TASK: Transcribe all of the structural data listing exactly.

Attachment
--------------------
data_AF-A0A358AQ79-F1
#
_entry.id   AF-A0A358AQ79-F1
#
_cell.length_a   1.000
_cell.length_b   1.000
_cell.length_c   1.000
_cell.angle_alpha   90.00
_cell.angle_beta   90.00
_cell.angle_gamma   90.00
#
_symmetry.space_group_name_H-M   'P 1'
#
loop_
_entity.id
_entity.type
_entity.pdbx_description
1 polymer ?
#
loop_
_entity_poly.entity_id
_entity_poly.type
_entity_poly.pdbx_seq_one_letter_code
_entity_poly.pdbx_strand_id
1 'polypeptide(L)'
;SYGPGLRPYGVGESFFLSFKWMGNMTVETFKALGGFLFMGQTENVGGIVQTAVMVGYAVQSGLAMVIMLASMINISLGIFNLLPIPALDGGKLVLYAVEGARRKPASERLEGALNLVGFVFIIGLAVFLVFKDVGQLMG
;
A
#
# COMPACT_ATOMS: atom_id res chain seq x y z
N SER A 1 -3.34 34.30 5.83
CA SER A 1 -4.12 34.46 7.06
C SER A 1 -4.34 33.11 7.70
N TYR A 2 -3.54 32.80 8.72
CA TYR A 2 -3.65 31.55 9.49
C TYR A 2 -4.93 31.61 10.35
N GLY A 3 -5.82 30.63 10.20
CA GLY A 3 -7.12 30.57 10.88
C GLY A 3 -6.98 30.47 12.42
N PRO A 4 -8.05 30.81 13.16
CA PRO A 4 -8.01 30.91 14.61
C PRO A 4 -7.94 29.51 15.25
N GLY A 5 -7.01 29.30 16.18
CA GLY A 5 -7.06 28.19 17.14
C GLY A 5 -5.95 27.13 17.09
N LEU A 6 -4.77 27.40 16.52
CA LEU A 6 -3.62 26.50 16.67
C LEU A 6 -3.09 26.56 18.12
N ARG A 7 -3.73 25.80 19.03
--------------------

data_AF-A0A358AQ79-F1
#
_entry.id   AF-A0A358AQ79-F1
#
_cell.length_a   1.000
_cell.length_b   1.000
_cell.length_c   1.000
_cell.angle_alpha   90.00
_cell.angle_beta   90.00
_cell.angle_gamma   90.00
#
_symmetry.space_group_name_H-M   'P 1'
#
loop_
_entity.id
_entity.type
_entity.pdbx_description
1 polymer ?
#
loop_
_entity_poly.entity_id
_entity_poly.type
_entity_poly.pdbx_seq_one_letter_code
_entity_poly.pdbx_strand_id
1 'polypeptide(L)'
;SYGPGLRPYGVGESFFLSFKWMGNMTVETFKALGGFLFMGQTENVGGIVQTAVMVGYAVQSGLAMVIMLASMINISLGIFNLLPIPALDGGKLVLYAVEGARRKPASERLEGALNLVGFVFIIGLAVFLVFKDVGQLMG
;
A
#
# COMPACT_ATOMS: atom_id res chain seq x y z
N SER A 1 -3.34 34.30 5.83
CA SER A 1 -4.12 34.46 7.06
C SER A 1 -4.34 33.11 7.70
N TYR A 2 -3.54 32.80 8.72
CA TYR A 2 -3.65 31.55 9.49
C TYR A 2 -4.93 31.61 10.35
N GLY A 3 -5.82 30.63 10.20
CA GLY A 3 -7.12 30.57 10.88
C GLY A 3 -6.98 30.47 12.42
N PRO A 4 -8.05 30.81 13.16
CA PRO A 4 -8.01 30.91 14.61
C PRO A 4 -7.94 29.51 15.25
N GLY A 5 -7.01 29.30 16.18
CA GLY A 5 -7.06 28.19 17.14
C GLY A 5 -5.95 27.13 17.09
N LEU A 6 -4.77 27.40 16.52
CA LEU A 6 -3.62 26.50 16.67
C LEU A 6 -3.09 26.56 18.12
N ARG A 7 -3.73 25.80 19.03